Thread: [SOLVED] finding the aspect ratio of a rectangle

1. [SOLVED] finding the aspect ratio of a rectangle

[I originally posted this as a HS level geometry problem but I'm now thinking it's more difficult than that.]

It's been too long since I've had to figure something like this out. I'm hoping someone will be kind enough to help. I'm attaching a picture of what I'm working on as it will make it easier to describe. (I'll leave the image up until someone's given me an answer).

I'm looking for the width (line dc) of this rectangle when the height (line de) is 5 inches (and for the formula needed to figure it out). Note that the blue line (da) and red line (ac) are equal in length and that angle abc is 90 degrees. Also note that line ec is a diagonal of the rectangle from the lower left corner to the upper right corner and line af runs from the middle of line dc to the lower right corner (f).

Just to clarify:

• Point a must bisect line dc.
• Angle abc must be 90 degrees.
• Points e, c and f must be in their respective corners.

From experimenting a bit I know that line dc is about 7.1 inches. I'd like the formula for getting the exact length.

Thank you in advance. I didn't think this would be that hard to figure out but I don't really know how to even approach solving it.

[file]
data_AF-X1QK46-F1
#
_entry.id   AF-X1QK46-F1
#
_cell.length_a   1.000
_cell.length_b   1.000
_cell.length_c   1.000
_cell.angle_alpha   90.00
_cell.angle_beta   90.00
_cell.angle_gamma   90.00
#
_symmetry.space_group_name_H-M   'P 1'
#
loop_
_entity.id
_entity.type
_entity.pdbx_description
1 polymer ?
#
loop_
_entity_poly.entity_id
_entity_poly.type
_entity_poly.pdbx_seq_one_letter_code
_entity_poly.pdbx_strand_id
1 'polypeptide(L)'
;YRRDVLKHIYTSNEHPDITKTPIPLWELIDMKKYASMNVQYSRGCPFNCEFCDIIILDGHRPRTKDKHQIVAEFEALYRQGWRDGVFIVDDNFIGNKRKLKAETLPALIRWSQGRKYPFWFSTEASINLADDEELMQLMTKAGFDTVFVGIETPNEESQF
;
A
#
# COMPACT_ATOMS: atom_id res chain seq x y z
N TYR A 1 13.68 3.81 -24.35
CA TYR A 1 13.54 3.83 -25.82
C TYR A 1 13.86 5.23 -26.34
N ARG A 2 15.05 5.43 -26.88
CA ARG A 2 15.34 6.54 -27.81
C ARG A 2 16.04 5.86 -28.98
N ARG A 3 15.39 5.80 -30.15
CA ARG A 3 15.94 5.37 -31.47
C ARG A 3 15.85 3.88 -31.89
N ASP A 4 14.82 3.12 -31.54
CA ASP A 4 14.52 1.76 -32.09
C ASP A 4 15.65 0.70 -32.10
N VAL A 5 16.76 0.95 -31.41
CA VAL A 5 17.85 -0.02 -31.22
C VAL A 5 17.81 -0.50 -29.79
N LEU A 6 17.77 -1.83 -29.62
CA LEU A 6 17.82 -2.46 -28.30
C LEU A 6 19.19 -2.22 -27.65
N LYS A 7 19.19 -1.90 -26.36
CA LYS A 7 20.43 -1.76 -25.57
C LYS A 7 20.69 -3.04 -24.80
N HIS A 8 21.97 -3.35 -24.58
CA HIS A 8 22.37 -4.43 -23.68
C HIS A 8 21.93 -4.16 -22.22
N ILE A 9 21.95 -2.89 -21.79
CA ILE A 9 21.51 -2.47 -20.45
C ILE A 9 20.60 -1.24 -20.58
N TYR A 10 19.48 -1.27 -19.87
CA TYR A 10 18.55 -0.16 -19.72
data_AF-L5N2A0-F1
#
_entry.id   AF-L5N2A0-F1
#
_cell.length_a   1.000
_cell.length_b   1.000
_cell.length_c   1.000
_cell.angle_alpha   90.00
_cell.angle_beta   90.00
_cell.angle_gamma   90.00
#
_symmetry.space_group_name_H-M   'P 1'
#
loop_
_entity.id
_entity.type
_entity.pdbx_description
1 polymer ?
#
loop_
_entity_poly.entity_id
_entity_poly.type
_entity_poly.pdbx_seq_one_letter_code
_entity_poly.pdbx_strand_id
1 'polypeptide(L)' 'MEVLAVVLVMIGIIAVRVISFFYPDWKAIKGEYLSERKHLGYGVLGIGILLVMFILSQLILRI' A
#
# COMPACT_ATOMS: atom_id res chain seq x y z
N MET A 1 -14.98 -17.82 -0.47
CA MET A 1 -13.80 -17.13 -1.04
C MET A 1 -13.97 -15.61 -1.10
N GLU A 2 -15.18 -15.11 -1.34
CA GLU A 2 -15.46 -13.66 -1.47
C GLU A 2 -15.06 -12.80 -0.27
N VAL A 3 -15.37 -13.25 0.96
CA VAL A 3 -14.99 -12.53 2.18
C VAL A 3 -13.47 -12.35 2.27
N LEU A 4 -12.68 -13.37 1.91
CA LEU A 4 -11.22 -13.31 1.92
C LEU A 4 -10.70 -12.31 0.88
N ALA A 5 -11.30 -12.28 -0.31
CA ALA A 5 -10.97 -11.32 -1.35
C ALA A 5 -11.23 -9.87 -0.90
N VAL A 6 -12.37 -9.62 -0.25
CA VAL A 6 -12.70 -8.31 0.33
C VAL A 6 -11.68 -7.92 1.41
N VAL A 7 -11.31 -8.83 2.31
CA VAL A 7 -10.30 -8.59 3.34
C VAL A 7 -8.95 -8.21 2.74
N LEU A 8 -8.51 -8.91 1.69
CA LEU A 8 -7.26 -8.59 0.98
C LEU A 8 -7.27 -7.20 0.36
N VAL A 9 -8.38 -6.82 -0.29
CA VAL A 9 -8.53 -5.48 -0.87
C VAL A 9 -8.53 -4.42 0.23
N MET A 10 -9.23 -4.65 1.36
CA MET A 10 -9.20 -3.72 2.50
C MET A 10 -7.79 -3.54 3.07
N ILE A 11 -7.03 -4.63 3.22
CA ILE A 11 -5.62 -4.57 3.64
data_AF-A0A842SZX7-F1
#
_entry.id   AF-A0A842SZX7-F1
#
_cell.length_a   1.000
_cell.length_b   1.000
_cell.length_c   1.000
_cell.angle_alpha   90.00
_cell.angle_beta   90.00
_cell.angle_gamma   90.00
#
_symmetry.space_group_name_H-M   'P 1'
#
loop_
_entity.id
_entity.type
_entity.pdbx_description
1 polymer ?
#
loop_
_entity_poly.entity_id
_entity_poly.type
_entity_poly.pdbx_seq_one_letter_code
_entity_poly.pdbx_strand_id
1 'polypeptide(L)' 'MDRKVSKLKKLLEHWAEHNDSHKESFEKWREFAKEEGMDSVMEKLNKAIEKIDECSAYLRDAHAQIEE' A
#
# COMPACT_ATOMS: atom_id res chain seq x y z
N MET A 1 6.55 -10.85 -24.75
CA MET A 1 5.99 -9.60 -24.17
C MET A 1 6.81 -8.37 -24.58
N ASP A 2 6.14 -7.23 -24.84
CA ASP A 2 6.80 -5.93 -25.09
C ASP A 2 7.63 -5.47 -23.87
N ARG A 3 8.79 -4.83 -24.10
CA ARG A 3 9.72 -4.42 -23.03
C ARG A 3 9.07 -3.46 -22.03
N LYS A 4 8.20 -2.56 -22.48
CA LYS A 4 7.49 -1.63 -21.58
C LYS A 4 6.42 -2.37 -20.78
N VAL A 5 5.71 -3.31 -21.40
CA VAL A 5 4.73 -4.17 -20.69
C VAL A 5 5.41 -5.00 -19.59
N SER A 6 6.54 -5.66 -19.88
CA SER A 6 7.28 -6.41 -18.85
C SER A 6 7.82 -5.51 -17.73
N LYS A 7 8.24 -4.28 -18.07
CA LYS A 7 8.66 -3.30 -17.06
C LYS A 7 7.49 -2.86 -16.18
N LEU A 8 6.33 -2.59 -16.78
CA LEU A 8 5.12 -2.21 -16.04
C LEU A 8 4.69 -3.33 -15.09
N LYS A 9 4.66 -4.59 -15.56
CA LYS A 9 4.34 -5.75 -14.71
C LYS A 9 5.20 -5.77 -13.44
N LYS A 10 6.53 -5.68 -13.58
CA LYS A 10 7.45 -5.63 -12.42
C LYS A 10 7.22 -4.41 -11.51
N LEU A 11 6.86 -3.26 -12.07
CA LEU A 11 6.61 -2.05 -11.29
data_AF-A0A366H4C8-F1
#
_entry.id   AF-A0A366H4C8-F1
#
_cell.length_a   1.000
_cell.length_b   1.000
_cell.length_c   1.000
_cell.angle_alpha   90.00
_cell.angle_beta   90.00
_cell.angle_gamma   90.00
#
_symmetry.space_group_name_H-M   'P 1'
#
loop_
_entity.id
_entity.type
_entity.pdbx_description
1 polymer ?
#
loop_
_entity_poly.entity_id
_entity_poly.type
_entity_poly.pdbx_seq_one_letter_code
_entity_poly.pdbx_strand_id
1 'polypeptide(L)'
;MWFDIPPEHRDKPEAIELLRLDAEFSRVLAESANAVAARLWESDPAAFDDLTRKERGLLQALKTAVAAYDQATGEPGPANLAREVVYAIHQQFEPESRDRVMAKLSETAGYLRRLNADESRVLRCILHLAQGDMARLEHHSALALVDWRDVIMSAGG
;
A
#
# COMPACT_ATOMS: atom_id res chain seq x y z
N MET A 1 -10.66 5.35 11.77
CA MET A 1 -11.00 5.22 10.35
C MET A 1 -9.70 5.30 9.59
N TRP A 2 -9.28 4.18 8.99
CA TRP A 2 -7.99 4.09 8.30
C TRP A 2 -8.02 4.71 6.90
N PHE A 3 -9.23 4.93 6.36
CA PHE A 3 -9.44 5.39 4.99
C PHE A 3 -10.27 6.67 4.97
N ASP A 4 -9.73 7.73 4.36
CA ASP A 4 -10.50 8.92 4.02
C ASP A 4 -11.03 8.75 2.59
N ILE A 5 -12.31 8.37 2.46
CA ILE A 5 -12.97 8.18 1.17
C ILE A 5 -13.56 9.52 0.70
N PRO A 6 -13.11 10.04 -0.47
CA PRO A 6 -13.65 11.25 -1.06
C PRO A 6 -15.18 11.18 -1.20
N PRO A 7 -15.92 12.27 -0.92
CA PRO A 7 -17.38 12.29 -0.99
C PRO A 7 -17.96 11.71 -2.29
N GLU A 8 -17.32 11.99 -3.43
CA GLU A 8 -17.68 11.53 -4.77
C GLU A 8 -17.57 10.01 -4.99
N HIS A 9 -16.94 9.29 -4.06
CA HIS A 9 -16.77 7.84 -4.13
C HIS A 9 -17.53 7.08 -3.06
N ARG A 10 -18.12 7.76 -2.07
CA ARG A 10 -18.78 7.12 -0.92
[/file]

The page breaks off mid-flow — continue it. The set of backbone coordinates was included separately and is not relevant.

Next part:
2. Triangle abc is similar to fbe.
=> be/bc = ef/ac = dc/ac = 2

Triangle abc is similar to ade.
ac/ec = bc/dc. Let da = ac = x.
x/ec = bc/2x
2x^2 = ec * bc. Let bc=y => be=2y => ec=3y => 2x^2 = 3y^2.

One last thing, from Pithagoras:
(2x)^2 + 5^2 = (3y)^2. Both should give you the solution.

Not very hard, but need to be careful.

-O

3. If the ratio ac:cf is the same as ed:dc (meaning triangle acf is just a smaller version of triangle edc) then it's pretty simple to show that the width of the rectangle is sqrt(50) and its aspect ratio (w/h) is sqrt(2).

let x = the length of line dc
ratio ac:cf is then = 5/(x/2) and ed:dc = x/5

• 5/(x/2) = x/5 (<--- assumed)
• 25/(x/2) = x
• 25 = x(x/2)
• 25 = x*x/2
• 50 = x*x
• x = sqrt(50)
• sqrt(50)/5 = 1.41421356 = sqrt(2)

So, is there a way of proving that ac:cf = ed:dc?

4. "meaning triangle acf is just a smaller version of triangle edc"

Ofcourse true. Try to see it from angles: a+c=90. Also a+f=90 => c=f (I am talking about angles) You can immediately say:
acf is similar to edc.

There are many ways of skinning this cat. Look at this one:
bf^2=bc*be (why?)
5^2 = y*(3y)
Find y.
Then find x. an so on...

-O